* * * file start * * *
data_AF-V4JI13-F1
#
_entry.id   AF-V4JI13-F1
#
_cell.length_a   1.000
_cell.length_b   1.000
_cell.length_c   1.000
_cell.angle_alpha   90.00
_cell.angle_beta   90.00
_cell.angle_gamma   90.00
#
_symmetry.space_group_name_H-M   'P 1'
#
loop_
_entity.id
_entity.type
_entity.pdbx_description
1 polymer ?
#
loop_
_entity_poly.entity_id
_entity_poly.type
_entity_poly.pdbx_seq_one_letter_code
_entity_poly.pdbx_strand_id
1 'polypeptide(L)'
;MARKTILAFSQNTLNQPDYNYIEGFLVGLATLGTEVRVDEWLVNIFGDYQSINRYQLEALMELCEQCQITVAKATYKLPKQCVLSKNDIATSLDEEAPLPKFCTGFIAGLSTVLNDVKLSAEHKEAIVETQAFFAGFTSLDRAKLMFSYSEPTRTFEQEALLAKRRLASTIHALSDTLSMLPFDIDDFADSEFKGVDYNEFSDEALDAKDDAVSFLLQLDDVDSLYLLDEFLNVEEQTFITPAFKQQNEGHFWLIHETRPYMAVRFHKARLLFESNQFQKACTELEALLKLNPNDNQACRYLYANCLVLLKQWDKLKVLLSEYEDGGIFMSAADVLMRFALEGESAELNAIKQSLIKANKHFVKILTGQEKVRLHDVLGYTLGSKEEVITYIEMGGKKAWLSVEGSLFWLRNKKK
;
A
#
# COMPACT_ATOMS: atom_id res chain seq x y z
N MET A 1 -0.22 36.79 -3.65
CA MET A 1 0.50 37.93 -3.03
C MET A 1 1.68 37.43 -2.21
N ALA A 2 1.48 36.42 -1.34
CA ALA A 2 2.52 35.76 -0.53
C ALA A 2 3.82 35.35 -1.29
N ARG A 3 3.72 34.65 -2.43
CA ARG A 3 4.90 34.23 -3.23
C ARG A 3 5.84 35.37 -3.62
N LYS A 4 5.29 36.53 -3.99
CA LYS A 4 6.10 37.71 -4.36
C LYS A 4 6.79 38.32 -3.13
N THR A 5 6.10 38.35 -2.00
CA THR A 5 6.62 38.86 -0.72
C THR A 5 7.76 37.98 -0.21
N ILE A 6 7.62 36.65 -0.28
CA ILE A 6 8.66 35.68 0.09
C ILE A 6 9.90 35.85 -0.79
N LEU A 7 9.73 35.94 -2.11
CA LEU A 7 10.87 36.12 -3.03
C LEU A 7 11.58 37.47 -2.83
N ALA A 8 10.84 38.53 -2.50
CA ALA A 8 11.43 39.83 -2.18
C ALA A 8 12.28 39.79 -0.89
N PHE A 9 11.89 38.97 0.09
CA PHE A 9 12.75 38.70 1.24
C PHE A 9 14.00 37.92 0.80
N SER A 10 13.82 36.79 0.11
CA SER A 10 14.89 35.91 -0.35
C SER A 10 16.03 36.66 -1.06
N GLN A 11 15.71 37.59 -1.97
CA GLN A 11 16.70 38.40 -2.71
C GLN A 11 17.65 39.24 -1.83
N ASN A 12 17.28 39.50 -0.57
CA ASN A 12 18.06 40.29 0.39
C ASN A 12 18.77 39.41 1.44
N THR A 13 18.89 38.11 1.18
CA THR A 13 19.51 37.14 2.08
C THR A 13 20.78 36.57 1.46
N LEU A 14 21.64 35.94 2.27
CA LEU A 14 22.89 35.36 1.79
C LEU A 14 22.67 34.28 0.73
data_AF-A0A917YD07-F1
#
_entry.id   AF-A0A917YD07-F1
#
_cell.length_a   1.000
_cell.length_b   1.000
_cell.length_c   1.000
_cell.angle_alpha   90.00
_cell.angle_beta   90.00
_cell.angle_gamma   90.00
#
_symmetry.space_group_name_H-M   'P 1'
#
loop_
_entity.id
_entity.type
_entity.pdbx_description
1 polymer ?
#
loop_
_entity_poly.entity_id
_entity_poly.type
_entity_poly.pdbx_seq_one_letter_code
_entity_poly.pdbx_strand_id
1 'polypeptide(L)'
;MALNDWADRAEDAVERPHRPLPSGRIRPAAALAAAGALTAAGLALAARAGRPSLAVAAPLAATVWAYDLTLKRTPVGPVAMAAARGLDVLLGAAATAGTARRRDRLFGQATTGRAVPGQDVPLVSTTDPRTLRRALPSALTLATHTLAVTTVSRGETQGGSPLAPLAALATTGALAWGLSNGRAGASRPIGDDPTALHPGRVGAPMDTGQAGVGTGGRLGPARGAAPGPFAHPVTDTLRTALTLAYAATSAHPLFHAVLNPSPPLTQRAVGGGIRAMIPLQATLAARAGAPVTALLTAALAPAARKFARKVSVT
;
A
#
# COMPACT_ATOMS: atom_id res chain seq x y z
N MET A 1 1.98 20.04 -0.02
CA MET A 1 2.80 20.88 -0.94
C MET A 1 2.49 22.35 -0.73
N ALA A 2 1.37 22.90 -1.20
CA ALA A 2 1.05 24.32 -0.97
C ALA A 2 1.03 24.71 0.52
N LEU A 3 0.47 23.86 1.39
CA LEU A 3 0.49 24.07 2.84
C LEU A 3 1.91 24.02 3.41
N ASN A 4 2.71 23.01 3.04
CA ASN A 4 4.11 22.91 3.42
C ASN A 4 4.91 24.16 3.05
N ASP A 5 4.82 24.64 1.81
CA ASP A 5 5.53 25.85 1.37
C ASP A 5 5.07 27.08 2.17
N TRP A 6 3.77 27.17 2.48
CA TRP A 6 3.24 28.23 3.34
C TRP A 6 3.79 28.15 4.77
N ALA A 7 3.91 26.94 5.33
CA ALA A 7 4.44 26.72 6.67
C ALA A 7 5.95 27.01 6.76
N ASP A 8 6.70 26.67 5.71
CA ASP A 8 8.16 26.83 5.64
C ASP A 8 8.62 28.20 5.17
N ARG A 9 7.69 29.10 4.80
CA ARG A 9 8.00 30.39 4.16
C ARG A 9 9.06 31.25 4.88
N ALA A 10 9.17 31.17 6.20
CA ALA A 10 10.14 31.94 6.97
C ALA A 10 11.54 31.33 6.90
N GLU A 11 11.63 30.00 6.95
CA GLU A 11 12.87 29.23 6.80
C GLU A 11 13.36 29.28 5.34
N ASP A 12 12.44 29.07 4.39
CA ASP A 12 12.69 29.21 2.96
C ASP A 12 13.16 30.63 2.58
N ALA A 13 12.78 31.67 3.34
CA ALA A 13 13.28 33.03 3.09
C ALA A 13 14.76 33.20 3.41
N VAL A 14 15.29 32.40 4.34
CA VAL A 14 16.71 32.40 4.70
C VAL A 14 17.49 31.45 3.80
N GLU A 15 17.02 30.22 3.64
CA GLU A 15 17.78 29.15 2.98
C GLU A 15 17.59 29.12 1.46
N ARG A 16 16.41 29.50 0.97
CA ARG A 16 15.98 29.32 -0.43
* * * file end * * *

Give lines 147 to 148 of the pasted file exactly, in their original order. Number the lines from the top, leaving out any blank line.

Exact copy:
C GLU A 15 17.59 29.12 1.46
N ARG A 16 16.41 29.50 0.97